Democrats furious at evasive answers from intelligence chiefs at hearing

Rogers was responding to a senator's question about whether President Donald Trump asked him to intervene in or downplay the ongoing FBI investigation into Russia's election meddling and possible ties with the Trump campaign.

National Security Agency Director Admiral Mike Rogers and Director of National Intelligence Dan Coats will also be present at the hearing originally set to discuss a foreign surveillance law.

"In the three-plus years that I have been the director of the National Security Agency, to the best of my recollection, I have never been directed to do anything I believe to be illegal, unethical, immoral or inappropriate", Rogers said, adding that he has never felt "pressured" to do so. A frustrated Democratic Senator Ron Wyden, who has asked for such an estimate for several years, said Coats "went back on a pledge".

Both men said they have never felt pressured from Trump's administration to intervene in investigations into Russian meddling into the U.S. election, contradicting reports that the President had previously asked them to downplay the probe.

McCabe refused to answer, saying he did not want to "step into the lane" of the special counsel, Robert Mueller, who was appointed on 17 May to investigate Russian efforts to skew the 2016 presidential election in Trump's favour.

Hours after Trump announced via Twitter that former Justice Department official Christopher Wray was his choice to head up the Federal Bureau of Investigation, the Senate Intelligence Committee hit a brick wall as they probed allegations that Comey's oversight of the Russian probe lay at the root of his sacking last month.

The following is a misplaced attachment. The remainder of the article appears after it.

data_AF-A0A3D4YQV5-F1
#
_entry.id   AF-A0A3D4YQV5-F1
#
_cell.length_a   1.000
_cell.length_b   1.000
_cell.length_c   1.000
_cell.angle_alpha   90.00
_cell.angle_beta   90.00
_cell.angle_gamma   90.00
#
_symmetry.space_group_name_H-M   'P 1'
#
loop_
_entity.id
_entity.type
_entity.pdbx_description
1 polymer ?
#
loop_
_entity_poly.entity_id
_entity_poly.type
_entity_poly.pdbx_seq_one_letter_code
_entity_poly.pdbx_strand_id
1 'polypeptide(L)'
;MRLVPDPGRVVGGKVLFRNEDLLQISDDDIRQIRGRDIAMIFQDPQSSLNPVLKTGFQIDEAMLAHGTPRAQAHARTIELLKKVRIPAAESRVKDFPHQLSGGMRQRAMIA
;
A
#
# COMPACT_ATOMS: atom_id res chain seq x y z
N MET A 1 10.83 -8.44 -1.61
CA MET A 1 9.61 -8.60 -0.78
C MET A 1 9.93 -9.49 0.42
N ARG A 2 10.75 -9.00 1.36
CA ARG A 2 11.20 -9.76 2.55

Coats was testifying Wednesday before the Senate intelligence committee.

But both Coats and Rogers also said they wouldn't publicly reveal more specifics of private conversations they had with Trump.

Acting FBI Director Andrew McCabe refused to answer questions about whether Comey told him about his discussions with Trump, including whether Trump asked Comey to pledge loyalty to the president. Trump fired Comey in May.

Comey was overseeing the criminal probe into Trump associates' interactions with Russian officials, including Trump's first choice for national security adviser, Michael Flynn.

The only silver lining for the Trump White House may be the formal focus of the hearing: re-authorization of legislation that allows for surveillance of foreign officials, an issue at the center of Trump's own tweets against the Russian Federation investigations. "There could be other skeletons that come out that he's not even aware of, and that's one of the big fears in the White House right now", said McKay Coppins of The Atlantic.

When pressured on whether they would answer questions on those conversations in a closed, classified hearing later Wednesday, Rogers and Coats both said they would have to consult White house lawyers as to whether Trump's "executive privilege" powers would prevent them from answering.

Comey will testify before the committee Thursday on conversations he had with Trump before his firing.

King: Then why are you not answering?

  • Joanne Flowers